Friday, June 20, 2014

Weekly Wrap-up: City Lighting and Green Roofs

Excellent post today by Richard Layman in his blog Rebuilding Place in the Urban Space on Lighting as an element of urban design and community identity.

The six categories of light:
  • urban lighting (streets, public areas)
  • buildings and objects
  • American Sign Museum in Cincinnati
  • art (indoor and outdoor)
  • events and festivals
  • information
  • advertising

Among Layman's many examples of creative urban lighting to support urban design goals are:  church steeples, rivers, erecting a chandelier in a theater district, neon entries like Reno's, illuminations in Calgary and lighting master plans in cities like San Diego and Mayor Rahm Emanuel's initiative to use architectural lighting in the "City of Light" to boost tourism.  

This last is controversial after the International Dark Sky Association took it to task.  For me that has to be the last word because protecting wildlife, as the DSA does, always trumps architecture in my book.

Thank you, Richard, for a thought-provoking piece.

And at Inhabitat this week, mcdonalds-goes-green-in-singapore with a vegetative roof designed to provide space for local wildlife and on Sauvie Island near Portland,  this 540-square-foot-oregon-home provides home for a family of four and sports a lush green roof.  Originally worker housing from the flooded shipyard worker village of Vanport, the cottage was floated down the river to its current resting place, where it shares the 5-acre property with a large green house, chickens, beehives and more as the family continues its journey toward self-sufficiency.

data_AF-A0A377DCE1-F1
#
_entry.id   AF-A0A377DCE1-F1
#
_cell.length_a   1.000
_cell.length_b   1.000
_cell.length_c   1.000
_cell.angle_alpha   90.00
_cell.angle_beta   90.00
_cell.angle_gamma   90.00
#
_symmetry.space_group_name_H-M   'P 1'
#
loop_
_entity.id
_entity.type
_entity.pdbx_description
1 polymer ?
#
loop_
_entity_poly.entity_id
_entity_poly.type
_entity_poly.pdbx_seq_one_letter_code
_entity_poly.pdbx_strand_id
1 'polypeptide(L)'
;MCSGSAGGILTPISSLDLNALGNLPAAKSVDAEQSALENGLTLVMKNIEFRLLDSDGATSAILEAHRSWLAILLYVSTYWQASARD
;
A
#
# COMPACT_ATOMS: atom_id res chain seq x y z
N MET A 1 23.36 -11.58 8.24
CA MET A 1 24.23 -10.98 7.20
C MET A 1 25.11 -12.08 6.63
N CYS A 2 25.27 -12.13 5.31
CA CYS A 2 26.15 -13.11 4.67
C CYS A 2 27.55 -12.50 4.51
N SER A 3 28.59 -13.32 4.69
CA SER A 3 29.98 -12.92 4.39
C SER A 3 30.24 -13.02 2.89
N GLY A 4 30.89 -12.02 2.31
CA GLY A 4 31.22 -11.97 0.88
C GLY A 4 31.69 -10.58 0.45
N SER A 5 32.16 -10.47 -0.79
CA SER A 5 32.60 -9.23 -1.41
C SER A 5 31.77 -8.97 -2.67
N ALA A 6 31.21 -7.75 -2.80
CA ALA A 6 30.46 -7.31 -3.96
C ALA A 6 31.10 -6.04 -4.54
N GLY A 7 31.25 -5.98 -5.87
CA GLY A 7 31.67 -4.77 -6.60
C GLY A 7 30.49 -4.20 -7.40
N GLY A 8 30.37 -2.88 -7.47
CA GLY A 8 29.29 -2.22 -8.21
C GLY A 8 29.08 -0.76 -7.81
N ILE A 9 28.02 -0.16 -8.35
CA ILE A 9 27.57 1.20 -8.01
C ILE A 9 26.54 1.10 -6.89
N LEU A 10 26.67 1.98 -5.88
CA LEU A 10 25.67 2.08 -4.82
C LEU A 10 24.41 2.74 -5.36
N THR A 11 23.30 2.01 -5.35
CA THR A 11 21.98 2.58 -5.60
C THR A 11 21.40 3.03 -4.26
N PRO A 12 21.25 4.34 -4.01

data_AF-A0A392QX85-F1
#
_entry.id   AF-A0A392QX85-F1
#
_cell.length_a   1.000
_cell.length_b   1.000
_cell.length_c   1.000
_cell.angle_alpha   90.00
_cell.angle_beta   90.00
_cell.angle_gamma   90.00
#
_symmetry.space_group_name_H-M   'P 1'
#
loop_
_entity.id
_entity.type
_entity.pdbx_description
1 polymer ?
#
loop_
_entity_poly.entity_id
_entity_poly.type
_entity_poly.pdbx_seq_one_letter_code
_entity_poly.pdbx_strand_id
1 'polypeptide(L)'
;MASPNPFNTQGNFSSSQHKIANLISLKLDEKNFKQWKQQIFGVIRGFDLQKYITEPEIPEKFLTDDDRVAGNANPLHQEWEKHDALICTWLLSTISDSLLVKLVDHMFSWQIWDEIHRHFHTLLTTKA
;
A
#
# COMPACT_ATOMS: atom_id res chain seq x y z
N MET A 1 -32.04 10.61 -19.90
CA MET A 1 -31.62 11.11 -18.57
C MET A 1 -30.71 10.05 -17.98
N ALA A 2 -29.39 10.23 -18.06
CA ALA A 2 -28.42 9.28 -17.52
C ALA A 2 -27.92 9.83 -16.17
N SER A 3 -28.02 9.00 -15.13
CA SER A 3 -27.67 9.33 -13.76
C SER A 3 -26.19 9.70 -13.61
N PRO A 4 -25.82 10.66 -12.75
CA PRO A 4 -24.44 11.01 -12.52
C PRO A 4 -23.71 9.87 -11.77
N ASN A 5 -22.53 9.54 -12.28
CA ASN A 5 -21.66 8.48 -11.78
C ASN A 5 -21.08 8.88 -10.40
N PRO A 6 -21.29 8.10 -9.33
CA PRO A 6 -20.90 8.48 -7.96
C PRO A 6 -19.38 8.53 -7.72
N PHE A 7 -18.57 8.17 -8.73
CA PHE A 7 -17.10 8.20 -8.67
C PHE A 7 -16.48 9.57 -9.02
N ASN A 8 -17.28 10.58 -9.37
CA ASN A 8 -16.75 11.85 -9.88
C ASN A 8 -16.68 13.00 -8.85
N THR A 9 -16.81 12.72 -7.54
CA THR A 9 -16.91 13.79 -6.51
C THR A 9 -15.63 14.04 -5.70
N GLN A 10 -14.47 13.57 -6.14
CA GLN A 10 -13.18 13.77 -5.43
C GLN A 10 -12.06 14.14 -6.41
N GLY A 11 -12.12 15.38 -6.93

Sauvie Island 540 square foot green house

McDonald's, Singapore

Wednesday, June 18, 2014

Keep Newport Hills Weird with Puffballs

In the "weirdness" sweepstakes, the contenders are decidedly un-weird in their choice of symbols:  Vermont's is an outline of their state.

Berkeley's is generic:

And Austin's, the original, is downright predictable and a bit of a sell-out: token tie-dye and the subheading: "support your local businesses." 

"Keep Portland Weird"appears in the opening credits of "Portlandia,"  and had its origins in 2007 when the owner of Music Millenium imported it from Austin.  There's even an extensive article about the KPW movement in Wikipedia, from which I take the following facts:

In a "weirdness" contest with Austin, Portland emerged the clear winner, taking nine of twelve total categories.
So What makes Portland weird?  Things you'd never see in Newport Hills, that's what.  For example, 
the Zoobomb cycling events
artist Adam Kuby’s Portland Acupuncture Project, as well as
the popularity of yarn bombing
  Another is the "Horse Project".

"The first "Keep Portland Weird festival" was held in October 2007 at the Central Library, and among the participants were the Portland Ukulele Association, Free Geek, and the Portland Area Robotics Society. Another took place in November 2009.

If you launched a campaign to keep your community "weird", what are the top five symbols you'd choose?  I've only come up with one so far.  Here's a possible contender for Newport Hills.  An egg-shaped topiary outside the beloved Chevron gas station.